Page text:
Well, I just let the person go. Today the person told me that the font could not be changed through the wordpress theme. After 20 min, it was still not complete. I know close to nothing about wordpress and was able to change the font in a few seconds with a couple clicks for the entire website. (...)


 It seems that you hired a joke. They were probably learning Wordpress on the job.

-----------
"Where darkness shines like dazzling light"   โ€”William Ashbless
gbalint
Member

So one of my clients (nah, he/she ain't on Upwork) has this way of doing things:

 

  • nothing happens for 3 weeks
  • during the 4th week, he/she comes saying: OMG! We have to do this NOW. It's been on the backlog for 2 weeks.

Usually I take it as some form of humor, do the work (which at most sums up to 2 days) and amaze everyone.

 

But!

 

I never take him/her seriously. He can pay me a million dollars per month, I'm never going to think of him/her as someone professional.

 

Now, if I work with somebody who is always on top of things and gives me work everyday (for which I have to show up), at some point I start thinking: I ain't getting paid enough to be here every **bleep** day. Even if paid with one million USD per month.

 

Bottom line, 3 weeks of work and one of leasure on an average income (for a software developer like me that would be $30/hour) it's the perfect harmony.

Sorry, I don't get the point you are trying to make! And is that client on a fixed or hourly contract?

 

I get if the freelancer can't provide a ton of attention at the rate charged (or if he/she just rather not), but tell me so I at least know what to expect -- especially when I bring it up and ask how you approach the work and communication so I know what to expect and am not left wondering what's going on when you disappear. Unfortunately, when you have these kinds of conversations with them, sometimes hours long, things still don't change. It's just a waste of time for both parties, which makes no sense. I also saw in the screenshots that the freelancer was doing like 20 different things at the same time which explains a lot.

To cut it short, I don't know about the people you are hiring, but for my case the minimum amount so I work with only one client at a time is to get around 4000 euros per month. I don't consider it too much, I know it's not anywhere to cheap, but that amount of income will give me, at least, peace of mind if the car brakes down or if the video card fails.

 

Again, I don't know about your hires, but I'm pretty confident everybody has that kind of amount set in his mind. But if you, as the contractor, have projects for $200-$500, it's pretty obvious you can't make end's meet.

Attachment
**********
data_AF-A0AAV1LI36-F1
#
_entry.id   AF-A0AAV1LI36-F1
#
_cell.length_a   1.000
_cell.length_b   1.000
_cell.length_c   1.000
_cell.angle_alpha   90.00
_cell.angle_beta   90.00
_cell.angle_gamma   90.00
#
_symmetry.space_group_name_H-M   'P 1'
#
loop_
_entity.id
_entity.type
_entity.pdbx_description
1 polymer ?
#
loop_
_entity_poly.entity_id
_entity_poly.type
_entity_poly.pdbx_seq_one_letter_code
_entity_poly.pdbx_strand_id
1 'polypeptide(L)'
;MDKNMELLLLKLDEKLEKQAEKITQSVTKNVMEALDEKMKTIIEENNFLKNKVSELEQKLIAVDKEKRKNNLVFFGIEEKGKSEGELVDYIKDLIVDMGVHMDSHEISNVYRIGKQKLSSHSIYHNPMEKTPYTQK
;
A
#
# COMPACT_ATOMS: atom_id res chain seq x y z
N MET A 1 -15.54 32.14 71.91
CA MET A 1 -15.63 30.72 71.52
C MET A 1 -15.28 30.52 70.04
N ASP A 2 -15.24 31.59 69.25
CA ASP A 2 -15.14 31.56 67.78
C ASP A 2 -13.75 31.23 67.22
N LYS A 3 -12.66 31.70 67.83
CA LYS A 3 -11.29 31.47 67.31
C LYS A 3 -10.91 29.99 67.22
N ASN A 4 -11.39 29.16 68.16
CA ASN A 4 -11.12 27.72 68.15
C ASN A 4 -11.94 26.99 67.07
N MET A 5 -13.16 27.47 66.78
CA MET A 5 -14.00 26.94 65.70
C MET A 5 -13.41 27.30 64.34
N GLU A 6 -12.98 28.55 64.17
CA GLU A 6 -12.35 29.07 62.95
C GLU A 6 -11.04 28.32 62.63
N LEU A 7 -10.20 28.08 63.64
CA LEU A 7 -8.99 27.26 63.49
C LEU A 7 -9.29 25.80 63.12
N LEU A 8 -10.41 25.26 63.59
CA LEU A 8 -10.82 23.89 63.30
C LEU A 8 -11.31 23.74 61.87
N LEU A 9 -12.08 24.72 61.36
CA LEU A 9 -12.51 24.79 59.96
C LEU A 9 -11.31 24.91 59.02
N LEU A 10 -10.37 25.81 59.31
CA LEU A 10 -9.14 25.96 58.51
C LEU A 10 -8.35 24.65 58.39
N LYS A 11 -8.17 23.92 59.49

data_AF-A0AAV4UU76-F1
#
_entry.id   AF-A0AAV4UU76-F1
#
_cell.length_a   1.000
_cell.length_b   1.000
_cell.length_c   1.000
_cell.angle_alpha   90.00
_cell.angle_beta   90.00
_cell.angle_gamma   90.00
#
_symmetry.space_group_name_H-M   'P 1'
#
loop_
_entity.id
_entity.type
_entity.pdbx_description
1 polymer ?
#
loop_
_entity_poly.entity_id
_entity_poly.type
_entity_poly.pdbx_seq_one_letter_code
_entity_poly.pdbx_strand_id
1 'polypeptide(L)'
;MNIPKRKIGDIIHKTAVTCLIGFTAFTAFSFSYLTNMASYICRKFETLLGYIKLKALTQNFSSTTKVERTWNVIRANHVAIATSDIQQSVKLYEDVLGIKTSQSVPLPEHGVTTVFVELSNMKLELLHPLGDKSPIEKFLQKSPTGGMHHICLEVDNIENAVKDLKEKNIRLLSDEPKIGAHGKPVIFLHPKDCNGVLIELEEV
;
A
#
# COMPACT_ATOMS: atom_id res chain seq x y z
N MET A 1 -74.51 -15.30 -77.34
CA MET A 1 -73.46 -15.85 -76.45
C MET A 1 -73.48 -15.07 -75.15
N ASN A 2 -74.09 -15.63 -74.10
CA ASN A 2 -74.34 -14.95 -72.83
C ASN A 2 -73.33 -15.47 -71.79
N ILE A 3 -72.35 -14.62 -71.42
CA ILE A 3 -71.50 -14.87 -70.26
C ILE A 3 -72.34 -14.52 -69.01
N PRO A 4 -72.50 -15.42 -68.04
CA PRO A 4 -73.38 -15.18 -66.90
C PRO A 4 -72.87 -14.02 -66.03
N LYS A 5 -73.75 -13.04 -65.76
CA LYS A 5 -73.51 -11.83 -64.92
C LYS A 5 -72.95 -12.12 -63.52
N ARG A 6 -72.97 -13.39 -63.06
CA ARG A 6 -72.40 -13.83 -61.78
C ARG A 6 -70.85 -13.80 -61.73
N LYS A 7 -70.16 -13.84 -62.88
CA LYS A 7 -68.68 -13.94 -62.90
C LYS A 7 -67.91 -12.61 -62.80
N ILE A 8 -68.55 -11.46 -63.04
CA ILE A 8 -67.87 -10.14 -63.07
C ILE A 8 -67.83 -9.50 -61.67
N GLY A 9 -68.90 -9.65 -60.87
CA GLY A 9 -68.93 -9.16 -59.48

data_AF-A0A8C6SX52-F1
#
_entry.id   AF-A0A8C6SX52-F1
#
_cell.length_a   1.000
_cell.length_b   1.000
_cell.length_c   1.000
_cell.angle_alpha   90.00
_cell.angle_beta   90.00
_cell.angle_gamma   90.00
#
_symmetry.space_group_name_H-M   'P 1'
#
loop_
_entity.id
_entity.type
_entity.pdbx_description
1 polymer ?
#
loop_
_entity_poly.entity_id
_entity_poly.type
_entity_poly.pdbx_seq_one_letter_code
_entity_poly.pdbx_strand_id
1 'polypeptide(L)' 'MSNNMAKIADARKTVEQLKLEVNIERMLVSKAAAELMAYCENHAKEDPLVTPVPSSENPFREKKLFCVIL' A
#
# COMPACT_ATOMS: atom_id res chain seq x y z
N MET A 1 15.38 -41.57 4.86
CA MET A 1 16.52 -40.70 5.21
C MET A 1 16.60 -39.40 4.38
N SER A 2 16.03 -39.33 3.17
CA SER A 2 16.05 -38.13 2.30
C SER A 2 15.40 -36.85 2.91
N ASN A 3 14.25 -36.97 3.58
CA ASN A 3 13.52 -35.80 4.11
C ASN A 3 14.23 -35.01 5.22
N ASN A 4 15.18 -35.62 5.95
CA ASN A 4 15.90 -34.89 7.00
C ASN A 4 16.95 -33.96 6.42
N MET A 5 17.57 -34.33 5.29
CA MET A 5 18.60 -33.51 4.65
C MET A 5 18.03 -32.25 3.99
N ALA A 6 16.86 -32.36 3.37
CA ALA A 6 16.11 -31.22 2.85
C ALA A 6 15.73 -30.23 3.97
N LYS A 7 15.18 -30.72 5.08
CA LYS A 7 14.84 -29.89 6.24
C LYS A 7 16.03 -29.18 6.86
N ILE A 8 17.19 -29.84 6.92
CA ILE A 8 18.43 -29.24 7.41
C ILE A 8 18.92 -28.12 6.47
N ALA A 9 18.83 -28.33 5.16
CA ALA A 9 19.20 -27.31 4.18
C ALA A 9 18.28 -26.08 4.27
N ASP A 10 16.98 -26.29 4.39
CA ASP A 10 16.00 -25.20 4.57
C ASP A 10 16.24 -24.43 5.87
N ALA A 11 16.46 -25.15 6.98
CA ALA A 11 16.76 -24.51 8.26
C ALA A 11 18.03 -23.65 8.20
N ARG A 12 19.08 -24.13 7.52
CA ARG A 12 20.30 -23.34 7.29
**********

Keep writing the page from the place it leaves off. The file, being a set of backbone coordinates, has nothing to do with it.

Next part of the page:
I was looking at the medium income in Pune, India, and, well, it's higher than in Cluj - a city in an EU country. So...

I think your common sense view is a good start ... but there are too many people trying to be arm chair economists trying to pass judgement on what a living wage is in countries they no little about.  I get to know the people I am working with in India and I can tell you they are not interested in making the wages that people are expecting.  Its a country with a lot of disparity in wealth.  The crank out engineers faster than the economy can absorb, so you get a lot of desperate people there..  Desperate people dont make for the best workforce, dont expect them to be reliable they are too busy trying to survive and the wages you are offering does little to help them.  I have established some great relationships there where there is plenty of value for each side.  It fosters mutual respect and it facilitates their commitment to your projects 

Never teach a pig to sign, it is a waste of your time and it annoys the pig.

Not interested in making the wages people are expecting? They are the ones setting their own rates and agreeing to the terms of the contract. Why take jobs only to neglect them? Unfortunately, if they are not pleased with the laws of supply and demand they can either improve their skill set or change their circumstances. I'm pretty sure us giving them jobs is better than not giving them jobs. 

Like I said, there are lots of desperate people taking jobs for whatever price they can get.  I don't have your problem, I have the exact opposite.  Right now, outside of upwork, I have a large commercial project involving google apps scripts and google drive rest api for a company with over 10,000 active member who upload multi-gigabyte files where we are providing a resumable upload feature that we are publishing through our own web app and api that uses google as the data storage host.   My project is casual easy to manage, on time and under budget. The customer is delighted and with future enhancements this is turning into a job worth 50K over the next year.  I have my Indian counterparts me video walkthrough updates weekly as required, we talk almost daily as required, everything is well documented ... I have no complaints.

 

I just dont have your issues, but I do things a lot differently than you do.

Never teach a pig to sign, it is a waste of your time and it annoys the pig.

If someone is setting a low rate, it is because they can't compete at a higher rate.

 

I may take on a job for less than my normal fee if I feel like doing the work, but I don't advertise rock bottom rates or chase after low fee jobs. 

 

If you are paying less than minimum wage (U.S.) for a task, then you are working with someone who is competing on price, not talent. IMO, it doesn't take much to be a Rising Talent. Look for examples of the person's work. Ask questions via the message system before hiring, and set milestones.